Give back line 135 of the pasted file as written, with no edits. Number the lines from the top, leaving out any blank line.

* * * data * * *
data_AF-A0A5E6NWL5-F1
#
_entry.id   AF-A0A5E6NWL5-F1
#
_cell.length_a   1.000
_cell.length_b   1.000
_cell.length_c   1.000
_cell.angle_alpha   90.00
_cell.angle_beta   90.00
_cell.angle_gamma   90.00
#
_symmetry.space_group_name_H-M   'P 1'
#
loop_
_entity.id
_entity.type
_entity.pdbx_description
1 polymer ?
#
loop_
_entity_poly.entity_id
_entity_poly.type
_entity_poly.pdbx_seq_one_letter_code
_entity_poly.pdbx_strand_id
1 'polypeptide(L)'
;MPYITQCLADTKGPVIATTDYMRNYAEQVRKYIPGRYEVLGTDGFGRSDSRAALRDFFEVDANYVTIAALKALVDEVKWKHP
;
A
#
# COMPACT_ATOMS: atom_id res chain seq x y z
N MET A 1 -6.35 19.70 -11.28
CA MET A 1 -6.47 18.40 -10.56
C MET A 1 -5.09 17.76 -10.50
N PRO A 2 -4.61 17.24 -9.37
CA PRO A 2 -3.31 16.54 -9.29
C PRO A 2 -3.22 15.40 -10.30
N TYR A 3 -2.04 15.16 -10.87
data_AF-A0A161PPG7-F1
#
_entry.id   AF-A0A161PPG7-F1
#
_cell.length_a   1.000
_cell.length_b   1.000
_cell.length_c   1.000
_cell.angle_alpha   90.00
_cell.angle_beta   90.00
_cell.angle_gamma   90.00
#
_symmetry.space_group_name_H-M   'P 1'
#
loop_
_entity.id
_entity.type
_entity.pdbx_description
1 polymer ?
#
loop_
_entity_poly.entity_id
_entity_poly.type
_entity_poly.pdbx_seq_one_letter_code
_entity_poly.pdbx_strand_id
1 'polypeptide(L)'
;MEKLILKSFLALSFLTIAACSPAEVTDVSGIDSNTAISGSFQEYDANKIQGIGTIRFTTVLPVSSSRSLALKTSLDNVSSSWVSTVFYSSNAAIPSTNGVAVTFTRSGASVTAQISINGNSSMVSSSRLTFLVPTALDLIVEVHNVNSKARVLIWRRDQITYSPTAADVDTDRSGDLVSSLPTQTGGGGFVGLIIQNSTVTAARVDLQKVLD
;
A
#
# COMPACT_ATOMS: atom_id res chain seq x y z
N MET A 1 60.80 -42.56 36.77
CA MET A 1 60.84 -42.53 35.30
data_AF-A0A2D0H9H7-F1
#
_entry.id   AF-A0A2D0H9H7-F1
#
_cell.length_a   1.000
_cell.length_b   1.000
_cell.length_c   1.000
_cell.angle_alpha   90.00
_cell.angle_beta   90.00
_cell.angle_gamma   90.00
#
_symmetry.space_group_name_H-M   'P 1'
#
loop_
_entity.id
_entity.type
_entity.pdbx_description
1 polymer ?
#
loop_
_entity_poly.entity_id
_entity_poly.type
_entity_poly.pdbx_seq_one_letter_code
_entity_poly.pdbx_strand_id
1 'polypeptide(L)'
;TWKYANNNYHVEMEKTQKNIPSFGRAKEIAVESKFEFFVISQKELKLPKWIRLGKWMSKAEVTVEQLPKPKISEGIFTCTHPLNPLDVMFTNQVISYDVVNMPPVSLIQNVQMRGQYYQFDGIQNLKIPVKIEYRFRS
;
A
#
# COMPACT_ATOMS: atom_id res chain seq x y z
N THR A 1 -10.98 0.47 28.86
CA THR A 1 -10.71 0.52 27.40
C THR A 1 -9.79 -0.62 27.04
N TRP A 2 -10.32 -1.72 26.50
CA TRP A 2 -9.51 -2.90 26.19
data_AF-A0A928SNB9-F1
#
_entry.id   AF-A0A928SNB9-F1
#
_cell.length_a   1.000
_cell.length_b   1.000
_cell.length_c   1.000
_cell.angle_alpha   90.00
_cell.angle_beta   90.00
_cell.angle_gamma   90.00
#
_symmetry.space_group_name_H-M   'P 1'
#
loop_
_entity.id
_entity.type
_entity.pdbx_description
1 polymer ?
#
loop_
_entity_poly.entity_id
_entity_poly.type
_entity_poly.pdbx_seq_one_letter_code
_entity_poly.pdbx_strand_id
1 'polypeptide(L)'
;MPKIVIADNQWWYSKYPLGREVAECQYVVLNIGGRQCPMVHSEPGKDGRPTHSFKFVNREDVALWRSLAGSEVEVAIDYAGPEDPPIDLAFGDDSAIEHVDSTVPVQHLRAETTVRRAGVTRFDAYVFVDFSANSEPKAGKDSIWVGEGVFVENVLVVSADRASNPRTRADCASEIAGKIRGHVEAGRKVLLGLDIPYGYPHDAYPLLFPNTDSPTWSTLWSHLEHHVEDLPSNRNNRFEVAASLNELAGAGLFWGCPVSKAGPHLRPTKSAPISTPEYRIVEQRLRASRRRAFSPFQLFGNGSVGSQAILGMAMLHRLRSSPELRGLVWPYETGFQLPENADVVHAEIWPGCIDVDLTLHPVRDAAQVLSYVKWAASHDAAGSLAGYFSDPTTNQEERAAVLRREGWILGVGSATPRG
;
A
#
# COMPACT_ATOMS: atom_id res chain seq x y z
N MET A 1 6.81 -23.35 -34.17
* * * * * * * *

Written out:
N MET A 1 6.81 -23.35 -34.17